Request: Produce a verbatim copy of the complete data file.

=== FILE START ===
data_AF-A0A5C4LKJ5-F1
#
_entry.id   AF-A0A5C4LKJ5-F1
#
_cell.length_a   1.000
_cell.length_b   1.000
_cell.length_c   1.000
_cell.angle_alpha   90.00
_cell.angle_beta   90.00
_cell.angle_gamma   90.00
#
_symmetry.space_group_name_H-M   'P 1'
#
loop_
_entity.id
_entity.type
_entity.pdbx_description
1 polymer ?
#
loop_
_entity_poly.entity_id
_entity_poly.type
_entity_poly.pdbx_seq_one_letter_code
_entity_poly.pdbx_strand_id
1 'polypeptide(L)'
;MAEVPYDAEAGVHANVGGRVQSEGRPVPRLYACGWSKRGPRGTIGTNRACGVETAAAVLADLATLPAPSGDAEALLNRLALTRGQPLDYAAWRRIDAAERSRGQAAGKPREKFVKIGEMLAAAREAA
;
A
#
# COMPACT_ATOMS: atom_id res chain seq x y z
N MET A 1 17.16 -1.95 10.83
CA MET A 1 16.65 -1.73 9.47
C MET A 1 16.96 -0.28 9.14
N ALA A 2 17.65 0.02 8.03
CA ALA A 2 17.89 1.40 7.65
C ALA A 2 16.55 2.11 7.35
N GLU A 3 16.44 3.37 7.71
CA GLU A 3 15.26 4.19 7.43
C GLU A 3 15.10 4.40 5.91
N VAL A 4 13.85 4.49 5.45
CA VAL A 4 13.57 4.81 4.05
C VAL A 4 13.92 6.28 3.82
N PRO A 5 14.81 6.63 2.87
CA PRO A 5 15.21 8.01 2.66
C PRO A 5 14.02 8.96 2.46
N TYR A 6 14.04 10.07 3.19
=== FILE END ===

data_AF-A0A5C4LKJ5-F1
#
_entry.id   AF-A0A5C4LKJ5-F1
#
_cell.length_a   1.000
_cell.length_b   1.000
_cell.length_c   1.000
_cell.angle_alpha   90.00
_cell.angle_beta   90.00
_cell.angle_gamma   90.00
#
_symmetry.space_group_name_H-M   'P 1'
#
loop_
_entity.id
_entity.type
_entity.pdbx_description
1 polymer ?
#
loop_
_entity_poly.entity_id
_entity_poly.type
_entity_poly.pdbx_seq_one_letter_code
_entity_poly.pdbx_strand_id
1 'polypeptide(L)'
;MAEVPYDAEAGVHANVGGRVQSEGRPVPRLYACGWSKRGPRGTIGTNRACGVETAAAVLADLATLPAPSGDAEALLNRLALTRGQPLDYAAWRRIDAAERSRGQAAGKPREKFVKIGEMLAAAREAA
;
A
#
# COMPACT_ATOMS: atom_id res chain seq x y z
N MET A 1 17.16 -1.95 10.83
CA MET A 1 16.65 -1.73 9.47
C MET A 1 16.96 -0.28 9.14
N ALA A 2 17.65 0.02 8.03
CA ALA A 2 17.89 1.40 7.65
C ALA A 2 16.55 2.11 7.35
N GLU A 3 16.44 3.37 7.71
CA GLU A 3 15.26 4.19 7.43
C GLU A 3 15.10 4.40 5.91
N VAL A 4 13.85 4.49 5.45
CA VAL A 4 13.57 4.81 4.05
C VAL A 4 13.92 6.28 3.82
N PRO A 5 14.81 6.63 2.87
CA PRO A 5 15.21 8.01 2.66
C PRO A 5 14.02 8.96 2.46
N TYR A 6 14.04 10.07 3.19